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Nuclear riddle of missing ship as pirates demand a £1m ransom

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08/16/2009 02:12 PM
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Nuclear riddle of missing ship as pirates demand a £1m ransom
Nuclear riddle of missing ship as pirates demand a £1m ransom

By Matt Sandy, Christopher Leake and Will Stewart
Last updated at 12:30 AM on 16th August 2009

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Pirates last night demanded a ransom of almost £1million for the release of the cargo ship which sparked an international search after vanishing from the English Channel a fortnight ago.

Police in Finland confirmed the ransom demand was made to the Finnish owners of the 4,000-ton Arctic Sea and that the case was now being treated as ‘a hijacking with aggravated extortion’.

They said the armed gang had warned they would pose a ‘threat to the life and health’ to the 15 Russian crewmen on board unless their demands are met.
arctic sea

Missing: The destination of the Arctic Sea remains a mystery

The ransom demand came as The Mail on Sunday established radiation tests were carried out at the port of Pietarsaari in western Finland, where the Maltese-flagged ship Arctic Sea started its voyage.

The Turkish-built vessel, which was carrying £900,000 worth of timber, is feared to have been stormed by pirates looking for a ‘secret cargo’.

The fact that nuclear tests were conducted will fuel speculation that the ship did have a hidden cargo.

Enquiries by this newspaper have established that no checks were carried out on what was being transported in the hold prior to its departure from Finland on July 23.

And the FSB, the Russian security service, as well as MI5 have been involved in the investigation into the hijacked vessel.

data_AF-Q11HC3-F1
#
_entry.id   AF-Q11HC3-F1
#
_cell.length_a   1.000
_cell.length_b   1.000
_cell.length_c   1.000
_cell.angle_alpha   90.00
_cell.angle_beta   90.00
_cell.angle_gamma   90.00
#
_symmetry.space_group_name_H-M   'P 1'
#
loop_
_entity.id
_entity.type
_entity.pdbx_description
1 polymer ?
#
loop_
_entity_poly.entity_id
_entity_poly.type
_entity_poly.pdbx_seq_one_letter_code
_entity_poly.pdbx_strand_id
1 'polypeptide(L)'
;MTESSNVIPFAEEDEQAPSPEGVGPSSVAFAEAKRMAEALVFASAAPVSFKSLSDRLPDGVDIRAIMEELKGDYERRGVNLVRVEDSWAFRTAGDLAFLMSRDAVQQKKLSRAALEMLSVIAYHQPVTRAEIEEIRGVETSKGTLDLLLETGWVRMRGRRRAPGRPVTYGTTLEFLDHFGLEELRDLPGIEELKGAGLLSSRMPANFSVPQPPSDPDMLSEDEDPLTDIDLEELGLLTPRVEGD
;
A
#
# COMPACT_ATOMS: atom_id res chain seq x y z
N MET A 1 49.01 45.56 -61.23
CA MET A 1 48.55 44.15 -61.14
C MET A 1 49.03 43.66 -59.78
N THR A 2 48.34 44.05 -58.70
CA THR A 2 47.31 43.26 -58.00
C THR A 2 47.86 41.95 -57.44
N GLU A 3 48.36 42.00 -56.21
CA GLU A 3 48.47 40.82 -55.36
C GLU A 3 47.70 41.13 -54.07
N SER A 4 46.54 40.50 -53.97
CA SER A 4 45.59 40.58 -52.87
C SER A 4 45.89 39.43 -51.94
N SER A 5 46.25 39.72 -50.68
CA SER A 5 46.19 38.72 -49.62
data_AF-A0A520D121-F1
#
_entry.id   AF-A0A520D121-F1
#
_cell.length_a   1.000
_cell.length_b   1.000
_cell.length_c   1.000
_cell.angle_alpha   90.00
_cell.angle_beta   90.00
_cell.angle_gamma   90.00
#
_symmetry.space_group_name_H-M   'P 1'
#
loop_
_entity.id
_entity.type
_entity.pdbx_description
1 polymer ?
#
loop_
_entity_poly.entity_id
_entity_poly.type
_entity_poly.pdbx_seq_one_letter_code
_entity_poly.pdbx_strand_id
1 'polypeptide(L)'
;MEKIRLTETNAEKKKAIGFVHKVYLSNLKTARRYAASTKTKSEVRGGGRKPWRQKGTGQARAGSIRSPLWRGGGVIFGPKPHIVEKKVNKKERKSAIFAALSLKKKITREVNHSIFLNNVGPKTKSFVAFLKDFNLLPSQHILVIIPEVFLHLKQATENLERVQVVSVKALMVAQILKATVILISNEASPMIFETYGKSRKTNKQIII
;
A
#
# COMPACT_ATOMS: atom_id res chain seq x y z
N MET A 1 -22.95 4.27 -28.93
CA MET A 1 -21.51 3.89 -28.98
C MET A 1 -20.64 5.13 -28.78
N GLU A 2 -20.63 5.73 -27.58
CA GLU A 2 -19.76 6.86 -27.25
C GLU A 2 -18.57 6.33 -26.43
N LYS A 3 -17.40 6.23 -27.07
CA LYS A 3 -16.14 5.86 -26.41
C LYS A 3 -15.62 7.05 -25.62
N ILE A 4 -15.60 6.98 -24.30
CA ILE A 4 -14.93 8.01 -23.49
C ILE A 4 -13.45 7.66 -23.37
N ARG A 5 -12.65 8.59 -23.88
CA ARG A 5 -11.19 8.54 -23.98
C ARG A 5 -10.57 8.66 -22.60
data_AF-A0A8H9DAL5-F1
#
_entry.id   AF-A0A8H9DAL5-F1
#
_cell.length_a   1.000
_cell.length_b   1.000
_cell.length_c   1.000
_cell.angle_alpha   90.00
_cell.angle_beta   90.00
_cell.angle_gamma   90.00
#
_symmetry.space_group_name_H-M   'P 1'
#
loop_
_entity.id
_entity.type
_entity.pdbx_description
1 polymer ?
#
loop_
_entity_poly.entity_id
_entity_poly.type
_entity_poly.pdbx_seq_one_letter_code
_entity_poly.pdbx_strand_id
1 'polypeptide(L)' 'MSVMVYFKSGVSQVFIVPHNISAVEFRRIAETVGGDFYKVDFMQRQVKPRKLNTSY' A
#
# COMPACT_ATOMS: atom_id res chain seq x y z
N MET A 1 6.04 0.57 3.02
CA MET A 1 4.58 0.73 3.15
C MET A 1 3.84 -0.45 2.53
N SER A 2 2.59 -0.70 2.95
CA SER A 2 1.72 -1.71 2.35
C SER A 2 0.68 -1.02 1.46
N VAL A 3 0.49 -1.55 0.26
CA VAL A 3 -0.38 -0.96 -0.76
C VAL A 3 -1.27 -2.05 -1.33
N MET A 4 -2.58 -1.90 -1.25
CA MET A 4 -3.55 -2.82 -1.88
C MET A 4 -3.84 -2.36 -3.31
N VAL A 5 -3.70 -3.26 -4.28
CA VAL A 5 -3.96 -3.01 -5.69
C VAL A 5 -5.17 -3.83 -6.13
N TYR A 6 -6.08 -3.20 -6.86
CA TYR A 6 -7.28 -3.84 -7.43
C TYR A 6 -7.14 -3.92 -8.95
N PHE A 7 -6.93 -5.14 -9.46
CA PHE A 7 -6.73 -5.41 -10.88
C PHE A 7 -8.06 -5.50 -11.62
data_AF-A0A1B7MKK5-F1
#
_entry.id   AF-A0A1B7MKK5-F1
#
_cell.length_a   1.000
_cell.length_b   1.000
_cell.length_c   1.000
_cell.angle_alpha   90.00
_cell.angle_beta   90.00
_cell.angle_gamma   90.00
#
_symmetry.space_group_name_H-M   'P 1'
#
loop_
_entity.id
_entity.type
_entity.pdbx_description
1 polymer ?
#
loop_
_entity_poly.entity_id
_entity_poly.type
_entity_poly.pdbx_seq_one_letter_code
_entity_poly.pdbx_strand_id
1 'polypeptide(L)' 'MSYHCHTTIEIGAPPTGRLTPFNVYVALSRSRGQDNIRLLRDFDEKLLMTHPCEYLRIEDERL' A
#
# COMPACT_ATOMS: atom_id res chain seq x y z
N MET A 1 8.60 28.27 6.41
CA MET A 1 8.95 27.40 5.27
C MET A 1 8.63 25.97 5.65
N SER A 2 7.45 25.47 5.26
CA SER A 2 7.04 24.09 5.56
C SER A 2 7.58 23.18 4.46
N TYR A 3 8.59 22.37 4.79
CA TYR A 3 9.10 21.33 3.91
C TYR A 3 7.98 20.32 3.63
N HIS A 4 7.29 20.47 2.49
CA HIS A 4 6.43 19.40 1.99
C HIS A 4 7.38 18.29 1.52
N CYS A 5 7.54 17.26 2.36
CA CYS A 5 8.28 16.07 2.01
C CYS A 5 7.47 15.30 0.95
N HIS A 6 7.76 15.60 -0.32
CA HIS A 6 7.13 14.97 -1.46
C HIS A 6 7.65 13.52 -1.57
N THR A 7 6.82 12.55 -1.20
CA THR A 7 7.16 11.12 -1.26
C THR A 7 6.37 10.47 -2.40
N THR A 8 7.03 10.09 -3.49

Last night Finnish Detective Chief Superintendent Jan Nyholm said: ‘Yes, it is true that there has been a demand for ransom in cash and that it was made to the company which owns the ship, Solchart Management in Finland.’

Another police spokesman, Markku Ranta-Aho, said the ransom demand was for less than $1.5million (£900,000) – that it was ‘significant, but not huge’.

Finnish police also suggested the armed gang demanding the ransom
search for arctic sea

Testing time: Officials use a Geiger counter to measure for radioactivity

were the same bandits who boarded the vessel off Sweden on July 24 – although other sources claimed it was a different group.

The police released the information after a news blackout during which they had tried to trace the ship, but did not say when the ransom demand was made. They said the hijackers had not been in touch with them.

It is the first time in modern maritime history that a ship has disappeared without trace in European shipping waters.

Until now, ship hijackings have been confined to Somali pirates seizing vessels off the coasts of Africa and in the Indian Ocean.